TALLAHASSEE — A little thing happened in the Florida House two weeks ago. A Democrat from Orlando said “uterus” during a floor debate.

No one much noticed, or cared, until word leaked that Republicans told Democrats they couldn’t say the word.

Now people can’t stop saying it.

Angry with cuts to education? Democrats say uterus.

Don’t like giving Gov. Rick Scott more power? Uterus.

Upset with the way the Legislature is treating unions? Uterus!

The story caught the attention of national media and the legislator, Scott Randolph, made it on Rachel Maddow’s MSNBC cable show.

“Uterus?” It has a Facebook page, Twitter hashtags, and — because it’s politics — pink buttons.

But most importantly, Democrats looking for a unifying theme amid dour legislative prospects have found it in a single, unlikely word.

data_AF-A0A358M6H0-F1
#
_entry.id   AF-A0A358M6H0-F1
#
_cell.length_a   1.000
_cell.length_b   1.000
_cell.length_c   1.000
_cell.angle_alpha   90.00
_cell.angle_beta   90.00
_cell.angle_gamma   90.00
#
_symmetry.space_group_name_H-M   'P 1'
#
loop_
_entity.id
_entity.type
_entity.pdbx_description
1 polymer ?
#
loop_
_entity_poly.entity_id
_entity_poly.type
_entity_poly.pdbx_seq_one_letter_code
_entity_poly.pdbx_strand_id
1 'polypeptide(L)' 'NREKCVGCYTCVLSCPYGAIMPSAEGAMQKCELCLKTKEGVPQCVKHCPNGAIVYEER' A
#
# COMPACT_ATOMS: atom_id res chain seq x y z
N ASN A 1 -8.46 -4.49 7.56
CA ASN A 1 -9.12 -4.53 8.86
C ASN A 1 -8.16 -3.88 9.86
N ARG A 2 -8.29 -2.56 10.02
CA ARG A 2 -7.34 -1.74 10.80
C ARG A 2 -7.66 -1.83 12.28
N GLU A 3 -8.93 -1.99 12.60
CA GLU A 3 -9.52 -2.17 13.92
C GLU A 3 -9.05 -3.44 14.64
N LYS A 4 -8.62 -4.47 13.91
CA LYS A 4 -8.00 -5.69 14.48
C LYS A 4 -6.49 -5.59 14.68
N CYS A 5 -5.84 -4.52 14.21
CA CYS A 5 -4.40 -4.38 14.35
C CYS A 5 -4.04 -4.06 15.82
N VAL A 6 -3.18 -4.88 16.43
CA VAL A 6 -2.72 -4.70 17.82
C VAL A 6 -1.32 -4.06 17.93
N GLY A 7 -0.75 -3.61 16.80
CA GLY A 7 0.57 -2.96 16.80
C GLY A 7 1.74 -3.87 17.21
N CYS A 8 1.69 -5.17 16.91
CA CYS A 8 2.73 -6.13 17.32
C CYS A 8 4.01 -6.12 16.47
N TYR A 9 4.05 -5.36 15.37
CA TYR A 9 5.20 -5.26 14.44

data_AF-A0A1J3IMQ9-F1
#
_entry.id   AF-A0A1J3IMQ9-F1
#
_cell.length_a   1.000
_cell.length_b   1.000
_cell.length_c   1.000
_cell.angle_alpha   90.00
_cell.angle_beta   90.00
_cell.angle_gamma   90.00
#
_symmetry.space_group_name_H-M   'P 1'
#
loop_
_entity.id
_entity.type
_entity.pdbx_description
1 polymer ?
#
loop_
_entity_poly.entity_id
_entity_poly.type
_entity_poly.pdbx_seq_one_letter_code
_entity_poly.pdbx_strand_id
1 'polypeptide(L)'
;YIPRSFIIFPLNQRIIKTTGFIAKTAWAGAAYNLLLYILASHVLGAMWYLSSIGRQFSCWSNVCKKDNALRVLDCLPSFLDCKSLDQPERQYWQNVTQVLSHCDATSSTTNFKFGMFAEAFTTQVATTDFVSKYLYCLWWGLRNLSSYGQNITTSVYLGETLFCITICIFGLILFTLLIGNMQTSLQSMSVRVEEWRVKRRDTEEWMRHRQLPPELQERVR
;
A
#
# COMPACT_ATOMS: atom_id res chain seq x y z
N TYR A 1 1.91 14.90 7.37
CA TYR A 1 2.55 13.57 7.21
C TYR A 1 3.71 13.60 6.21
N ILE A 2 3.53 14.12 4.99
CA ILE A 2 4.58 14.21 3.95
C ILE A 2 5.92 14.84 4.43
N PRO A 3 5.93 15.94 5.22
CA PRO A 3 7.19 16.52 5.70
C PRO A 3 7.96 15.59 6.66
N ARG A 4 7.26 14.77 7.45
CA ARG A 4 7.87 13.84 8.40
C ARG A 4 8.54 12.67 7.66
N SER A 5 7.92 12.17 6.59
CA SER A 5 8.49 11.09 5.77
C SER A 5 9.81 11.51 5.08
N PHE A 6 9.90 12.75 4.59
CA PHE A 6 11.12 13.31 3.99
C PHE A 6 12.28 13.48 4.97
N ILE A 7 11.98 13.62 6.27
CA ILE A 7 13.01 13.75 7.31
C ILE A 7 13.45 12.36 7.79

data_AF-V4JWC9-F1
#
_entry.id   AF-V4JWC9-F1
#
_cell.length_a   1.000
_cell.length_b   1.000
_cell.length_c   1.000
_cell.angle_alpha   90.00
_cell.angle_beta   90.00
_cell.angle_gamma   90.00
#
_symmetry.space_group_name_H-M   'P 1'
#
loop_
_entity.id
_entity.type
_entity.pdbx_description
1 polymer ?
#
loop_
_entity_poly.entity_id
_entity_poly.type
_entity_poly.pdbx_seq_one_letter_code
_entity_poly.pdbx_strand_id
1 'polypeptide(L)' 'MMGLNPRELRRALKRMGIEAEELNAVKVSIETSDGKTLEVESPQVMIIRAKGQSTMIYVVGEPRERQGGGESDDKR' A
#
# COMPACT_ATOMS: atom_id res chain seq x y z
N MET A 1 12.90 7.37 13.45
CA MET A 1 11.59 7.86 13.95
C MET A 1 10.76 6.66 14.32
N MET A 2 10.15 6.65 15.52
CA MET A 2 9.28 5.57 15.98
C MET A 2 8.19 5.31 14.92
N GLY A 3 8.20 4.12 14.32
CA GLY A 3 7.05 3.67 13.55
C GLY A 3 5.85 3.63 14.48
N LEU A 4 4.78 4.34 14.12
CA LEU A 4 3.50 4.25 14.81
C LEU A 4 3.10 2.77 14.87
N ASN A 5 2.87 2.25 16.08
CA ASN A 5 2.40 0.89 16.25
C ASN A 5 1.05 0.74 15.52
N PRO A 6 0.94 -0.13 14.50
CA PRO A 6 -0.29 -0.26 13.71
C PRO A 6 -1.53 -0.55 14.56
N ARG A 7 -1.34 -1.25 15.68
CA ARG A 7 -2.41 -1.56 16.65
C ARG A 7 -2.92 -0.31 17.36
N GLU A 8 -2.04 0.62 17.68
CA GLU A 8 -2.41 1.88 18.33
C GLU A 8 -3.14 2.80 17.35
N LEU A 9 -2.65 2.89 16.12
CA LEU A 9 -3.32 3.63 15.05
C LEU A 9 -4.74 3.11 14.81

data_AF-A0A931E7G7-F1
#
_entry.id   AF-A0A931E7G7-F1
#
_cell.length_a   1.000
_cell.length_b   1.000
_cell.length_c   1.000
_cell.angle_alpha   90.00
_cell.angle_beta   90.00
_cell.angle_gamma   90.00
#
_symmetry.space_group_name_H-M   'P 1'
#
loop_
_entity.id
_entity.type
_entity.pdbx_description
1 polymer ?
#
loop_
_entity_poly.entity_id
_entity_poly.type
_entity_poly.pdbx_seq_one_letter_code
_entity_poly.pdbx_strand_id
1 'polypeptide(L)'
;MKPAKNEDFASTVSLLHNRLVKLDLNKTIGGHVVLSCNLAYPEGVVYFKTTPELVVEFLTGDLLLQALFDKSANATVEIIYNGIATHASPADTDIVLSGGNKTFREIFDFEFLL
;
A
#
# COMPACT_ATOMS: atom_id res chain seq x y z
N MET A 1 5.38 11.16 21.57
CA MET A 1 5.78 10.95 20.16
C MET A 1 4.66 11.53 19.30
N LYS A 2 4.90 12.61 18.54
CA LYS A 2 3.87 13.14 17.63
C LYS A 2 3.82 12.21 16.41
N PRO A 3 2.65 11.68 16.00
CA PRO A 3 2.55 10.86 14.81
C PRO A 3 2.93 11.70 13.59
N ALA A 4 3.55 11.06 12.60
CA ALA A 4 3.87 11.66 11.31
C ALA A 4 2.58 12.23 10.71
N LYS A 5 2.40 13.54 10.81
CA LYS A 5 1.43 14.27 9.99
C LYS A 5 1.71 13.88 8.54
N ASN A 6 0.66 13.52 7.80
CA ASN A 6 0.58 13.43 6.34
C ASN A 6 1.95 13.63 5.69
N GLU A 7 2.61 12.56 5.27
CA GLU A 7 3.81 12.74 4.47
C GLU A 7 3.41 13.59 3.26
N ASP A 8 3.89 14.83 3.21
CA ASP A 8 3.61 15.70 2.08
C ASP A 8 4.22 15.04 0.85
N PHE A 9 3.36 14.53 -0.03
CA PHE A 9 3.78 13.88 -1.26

(The paper is extraordinarily fond of one-sentence paragraphs. They avoid blocks of text by feeding their readers one sentence at a time.)

UTERUS! A chant for our time.

And now, just in from Nunberg:

Add “anal” to the CNN banned list [that includes “slut”]: in playing an audio of the chanting outside a women’s center that got the Yale fraternity DKE in trouble last October (“No Means Yes! Yes Means Anal!”), CNN bleeped out the ‘anal’. Kyra Phillips explained, “You can look online if you want to know the bleeped word.”

However she did quote in its phonetic fullness the text of a poster that appeared at an earlier Yale event: “We love Yale sluts.”

It’s so hard to be consistent.

On the uterine parliamentary front, George Thompson notes on ADS-L that